Even as an American, it never occurred to me that the in-game cuteness of the iconic Kirby character doesn’t really carry over to the box art – where he’s typically portrayed as a Pokemon ripoff in need of anger management courses.

Don’t believe us? Take a look at this decade-old print ad for a new Kirby game in the U.S.:


Somewhere down the line, Nintendo America producers decided that Kirby should be portrayed as tough and menacing on American shores in order to appeal to U.S. audiences, who at the time were still in love with macho heroes from the ’80s action movie heydays. Even if the hero in question was a puffy pink ball of cute, Americans apparently craved sheer anger in their main characters – a far cry from the Japanese, who were raised on Kirby as an adorable, smiling murderer that ate his victims whole and gained their power like some fantasy world maniac.

It sort of makes sense, given the subject matter of Kirby ruthlessly vacuuming his enemies into his mouth whole, that he might be more at home with an angry look, but we digress.

According to, Kirby: Triple Deluxe game director Shinya Kumazaki acknowledges that while the Japanese prefer a more cutesy portrayal of Kirby, the character does indeed have more depth than just an adorable, pudgy face and that the game’s storylines have become progressively darker in recent years.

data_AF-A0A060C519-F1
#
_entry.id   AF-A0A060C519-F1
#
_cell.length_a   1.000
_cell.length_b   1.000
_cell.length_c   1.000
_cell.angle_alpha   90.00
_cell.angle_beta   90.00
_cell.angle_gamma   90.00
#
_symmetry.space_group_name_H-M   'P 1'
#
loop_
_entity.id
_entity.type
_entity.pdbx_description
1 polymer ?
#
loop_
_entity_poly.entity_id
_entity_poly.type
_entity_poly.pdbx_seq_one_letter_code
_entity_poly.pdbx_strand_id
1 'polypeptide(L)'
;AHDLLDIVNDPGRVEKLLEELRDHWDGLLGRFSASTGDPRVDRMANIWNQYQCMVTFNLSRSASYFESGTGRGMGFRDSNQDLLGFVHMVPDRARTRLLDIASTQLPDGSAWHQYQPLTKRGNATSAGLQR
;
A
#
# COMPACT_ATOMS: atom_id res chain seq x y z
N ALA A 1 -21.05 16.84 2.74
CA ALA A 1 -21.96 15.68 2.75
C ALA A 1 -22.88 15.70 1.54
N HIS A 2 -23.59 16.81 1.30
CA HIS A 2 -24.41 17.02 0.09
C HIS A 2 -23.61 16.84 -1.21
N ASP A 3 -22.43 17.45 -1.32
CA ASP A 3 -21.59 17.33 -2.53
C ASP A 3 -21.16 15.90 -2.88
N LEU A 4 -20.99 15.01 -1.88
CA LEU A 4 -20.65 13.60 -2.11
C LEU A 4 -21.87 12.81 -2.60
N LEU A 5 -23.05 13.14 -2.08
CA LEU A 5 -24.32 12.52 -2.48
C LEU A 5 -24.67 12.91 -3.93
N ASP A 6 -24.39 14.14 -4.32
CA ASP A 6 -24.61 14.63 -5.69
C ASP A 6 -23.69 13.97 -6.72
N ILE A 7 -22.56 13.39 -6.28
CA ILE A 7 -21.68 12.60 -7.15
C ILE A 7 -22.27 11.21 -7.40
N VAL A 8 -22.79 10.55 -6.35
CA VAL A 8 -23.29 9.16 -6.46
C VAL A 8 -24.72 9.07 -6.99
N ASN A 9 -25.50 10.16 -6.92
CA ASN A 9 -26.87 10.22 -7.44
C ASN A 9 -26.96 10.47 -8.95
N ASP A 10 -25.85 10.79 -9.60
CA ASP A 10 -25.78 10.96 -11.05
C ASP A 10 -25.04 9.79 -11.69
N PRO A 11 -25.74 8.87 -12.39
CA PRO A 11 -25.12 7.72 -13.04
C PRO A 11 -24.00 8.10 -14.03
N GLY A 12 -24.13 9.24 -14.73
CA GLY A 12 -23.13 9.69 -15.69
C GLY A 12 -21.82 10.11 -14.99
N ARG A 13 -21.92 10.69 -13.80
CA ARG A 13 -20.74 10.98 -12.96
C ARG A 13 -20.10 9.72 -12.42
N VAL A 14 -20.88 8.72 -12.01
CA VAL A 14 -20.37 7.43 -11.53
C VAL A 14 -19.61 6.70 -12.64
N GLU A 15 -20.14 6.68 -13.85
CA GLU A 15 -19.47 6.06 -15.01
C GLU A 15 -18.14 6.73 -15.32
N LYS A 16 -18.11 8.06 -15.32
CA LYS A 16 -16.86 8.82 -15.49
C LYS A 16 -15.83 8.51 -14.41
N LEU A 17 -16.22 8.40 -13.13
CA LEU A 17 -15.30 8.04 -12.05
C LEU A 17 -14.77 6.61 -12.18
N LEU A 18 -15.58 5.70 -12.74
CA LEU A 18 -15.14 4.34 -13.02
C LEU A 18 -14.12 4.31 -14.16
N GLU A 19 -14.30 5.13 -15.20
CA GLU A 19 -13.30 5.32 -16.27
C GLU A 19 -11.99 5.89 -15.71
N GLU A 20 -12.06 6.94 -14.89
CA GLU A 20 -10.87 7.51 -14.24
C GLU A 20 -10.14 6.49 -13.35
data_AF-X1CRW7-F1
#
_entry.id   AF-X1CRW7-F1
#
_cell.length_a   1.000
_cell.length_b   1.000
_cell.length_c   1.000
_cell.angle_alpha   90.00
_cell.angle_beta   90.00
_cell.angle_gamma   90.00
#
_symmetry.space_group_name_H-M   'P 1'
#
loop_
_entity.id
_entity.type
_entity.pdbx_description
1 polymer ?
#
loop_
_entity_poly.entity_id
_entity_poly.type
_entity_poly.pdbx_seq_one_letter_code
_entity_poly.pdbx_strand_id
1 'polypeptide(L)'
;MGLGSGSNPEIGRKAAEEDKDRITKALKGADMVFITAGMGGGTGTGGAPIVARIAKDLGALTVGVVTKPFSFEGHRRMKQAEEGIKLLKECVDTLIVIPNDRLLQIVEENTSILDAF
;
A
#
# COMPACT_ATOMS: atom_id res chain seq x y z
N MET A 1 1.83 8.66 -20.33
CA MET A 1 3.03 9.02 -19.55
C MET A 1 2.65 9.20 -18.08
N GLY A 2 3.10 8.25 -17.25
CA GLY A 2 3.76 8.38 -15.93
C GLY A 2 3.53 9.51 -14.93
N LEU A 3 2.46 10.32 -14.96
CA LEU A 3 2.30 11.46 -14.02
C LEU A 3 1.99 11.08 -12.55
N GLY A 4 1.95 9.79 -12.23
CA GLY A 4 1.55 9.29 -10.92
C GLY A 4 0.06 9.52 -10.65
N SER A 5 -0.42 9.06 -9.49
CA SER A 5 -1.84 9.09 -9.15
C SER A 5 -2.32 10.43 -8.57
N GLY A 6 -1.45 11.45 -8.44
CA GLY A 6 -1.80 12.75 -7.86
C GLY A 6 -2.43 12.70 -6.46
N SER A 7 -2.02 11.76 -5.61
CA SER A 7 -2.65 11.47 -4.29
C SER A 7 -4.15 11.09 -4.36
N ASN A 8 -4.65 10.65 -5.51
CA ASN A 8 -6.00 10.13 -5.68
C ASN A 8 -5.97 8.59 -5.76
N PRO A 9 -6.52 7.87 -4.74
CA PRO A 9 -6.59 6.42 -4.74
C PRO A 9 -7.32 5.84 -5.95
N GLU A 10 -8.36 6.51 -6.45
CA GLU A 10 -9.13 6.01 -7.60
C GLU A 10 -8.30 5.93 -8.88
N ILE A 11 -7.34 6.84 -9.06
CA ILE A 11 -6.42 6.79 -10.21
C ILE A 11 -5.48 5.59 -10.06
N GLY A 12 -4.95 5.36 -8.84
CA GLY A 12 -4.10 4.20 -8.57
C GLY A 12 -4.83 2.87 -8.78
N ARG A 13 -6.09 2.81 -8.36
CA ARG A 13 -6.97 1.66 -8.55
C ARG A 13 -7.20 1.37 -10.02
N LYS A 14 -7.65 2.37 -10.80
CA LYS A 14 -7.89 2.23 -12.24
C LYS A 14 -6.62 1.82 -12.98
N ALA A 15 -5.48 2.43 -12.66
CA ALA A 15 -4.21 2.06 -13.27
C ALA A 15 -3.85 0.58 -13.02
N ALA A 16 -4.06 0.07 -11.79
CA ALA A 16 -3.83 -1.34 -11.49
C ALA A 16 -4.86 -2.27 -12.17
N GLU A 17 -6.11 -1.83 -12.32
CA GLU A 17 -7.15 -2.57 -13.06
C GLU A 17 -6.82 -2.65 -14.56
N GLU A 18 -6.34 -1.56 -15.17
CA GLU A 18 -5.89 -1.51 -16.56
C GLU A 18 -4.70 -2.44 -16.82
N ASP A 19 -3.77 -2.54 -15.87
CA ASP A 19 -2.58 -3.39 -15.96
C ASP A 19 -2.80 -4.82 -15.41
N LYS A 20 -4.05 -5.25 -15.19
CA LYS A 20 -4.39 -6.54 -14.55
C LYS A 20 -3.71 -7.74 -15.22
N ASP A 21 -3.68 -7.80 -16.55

Supposedly this is why Japan will see its first mad muggin’ Kirby ever with the release of Kirby: Triple Deluxe, which will use the same enraged Kirby box art in both the U.S. and Japan.


Interestingly, they say that Japan tends to be around 10 years behind America when it comes to pop culture trends. Will this new, more menacing Kirby bring about an age of moody, grey and violent games the likes of which we’ve been seeing in the U.S. for the past decade or so?

▼ Call of Cutie: Kirby Warfare… We’re not very good at puns.


Source: NicoNico News
Photos: Feature, Inset 1, Inset 2, Inset 3